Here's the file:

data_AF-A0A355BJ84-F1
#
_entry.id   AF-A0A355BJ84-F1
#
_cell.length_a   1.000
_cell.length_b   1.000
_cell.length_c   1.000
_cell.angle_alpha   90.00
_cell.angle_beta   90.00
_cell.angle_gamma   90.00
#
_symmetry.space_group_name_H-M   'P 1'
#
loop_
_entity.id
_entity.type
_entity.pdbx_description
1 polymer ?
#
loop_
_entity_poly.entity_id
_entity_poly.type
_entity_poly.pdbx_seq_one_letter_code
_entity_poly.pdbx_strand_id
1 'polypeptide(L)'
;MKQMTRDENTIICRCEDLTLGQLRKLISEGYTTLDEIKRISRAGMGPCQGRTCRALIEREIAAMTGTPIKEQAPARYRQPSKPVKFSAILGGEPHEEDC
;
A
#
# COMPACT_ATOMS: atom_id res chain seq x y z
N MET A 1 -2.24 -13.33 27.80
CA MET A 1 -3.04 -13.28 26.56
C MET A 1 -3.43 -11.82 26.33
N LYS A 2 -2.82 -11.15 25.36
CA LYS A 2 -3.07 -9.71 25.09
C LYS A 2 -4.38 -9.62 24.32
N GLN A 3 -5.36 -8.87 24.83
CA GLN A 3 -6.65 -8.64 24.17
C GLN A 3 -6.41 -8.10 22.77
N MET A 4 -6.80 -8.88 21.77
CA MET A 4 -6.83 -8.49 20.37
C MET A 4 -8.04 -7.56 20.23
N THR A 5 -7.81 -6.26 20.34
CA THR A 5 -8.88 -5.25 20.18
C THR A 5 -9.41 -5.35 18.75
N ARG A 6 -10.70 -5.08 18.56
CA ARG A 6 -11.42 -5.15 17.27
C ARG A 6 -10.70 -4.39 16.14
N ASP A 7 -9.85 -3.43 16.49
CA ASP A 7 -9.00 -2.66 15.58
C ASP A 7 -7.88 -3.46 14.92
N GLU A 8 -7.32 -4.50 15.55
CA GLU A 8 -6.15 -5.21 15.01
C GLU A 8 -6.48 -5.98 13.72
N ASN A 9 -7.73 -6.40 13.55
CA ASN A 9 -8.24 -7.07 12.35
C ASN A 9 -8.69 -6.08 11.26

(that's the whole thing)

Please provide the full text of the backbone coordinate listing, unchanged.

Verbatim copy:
data_AF-A0A355BJ84-F1
#
_entry.id   AF-A0A355BJ84-F1
#
_cell.length_a   1.000
_cell.length_b   1.000
_cell.length_c   1.000
_cell.angle_alpha   90.00
_cell.angle_beta   90.00
_cell.angle_gamma   90.00
#
_symmetry.space_group_name_H-M   'P 1'
#
loop_
_entity.id
_entity.type
_entity.pdbx_description
1 polymer ?
#
loop_
_entity_poly.entity_id
_entity_poly.type
_entity_poly.pdbx_seq_one_letter_code
_entity_poly.pdbx_strand_id
1 'polypeptide(L)'
;MKQMTRDENTIICRCEDLTLGQLRKLISEGYTTLDEIKRISRAGMGPCQGRTCRALIEREIAAMTGTPIKEQAPARYRQPSKPVKFSAILGGEPHEEDC
;
A
#
# COMPACT_ATOMS: atom_id res chain seq x y z
N MET A 1 -2.24 -13.33 27.80
CA MET A 1 -3.04 -13.28 26.56
C MET A 1 -3.43 -11.82 26.33
N LYS A 2 -2.82 -11.15 25.36
CA LYS A 2 -3.07 -9.71 25.09
C LYS A 2 -4.38 -9.62 24.32
N GLN A 3 -5.36 -8.87 24.83
CA GLN A 3 -6.65 -8.64 24.17
C GLN A 3 -6.41 -8.10 22.77
N MET A 4 -6.80 -8.88 21.77
CA MET A 4 -6.83 -8.49 20.37
C MET A 4 -8.04 -7.56 20.23
N THR A 5 -7.81 -6.26 20.34
CA THR A 5 -8.88 -5.25 20.18
C THR A 5 -9.41 -5.35 18.75
N ARG A 6 -10.70 -5.08 18.56
CA ARG A 6 -11.42 -5.15 17.27
C ARG A 6 -10.70 -4.39 16.14
N ASP A 7 -9.85 -3.43 16.49
CA ASP A 7 -9.00 -2.66 15.58
C ASP A 7 -7.88 -3.46 14.92
N GLU A 8 -7.32 -4.50 15.55
CA GLU A 8 -6.15 -5.21 15.01
C GLU A 8 -6.48 -5.98 13.72
N ASN A 9 -7.73 -6.40 13.55
CA ASN A 9 -8.24 -7.07 12.35
C ASN A 9 -8.69 -6.08 11.26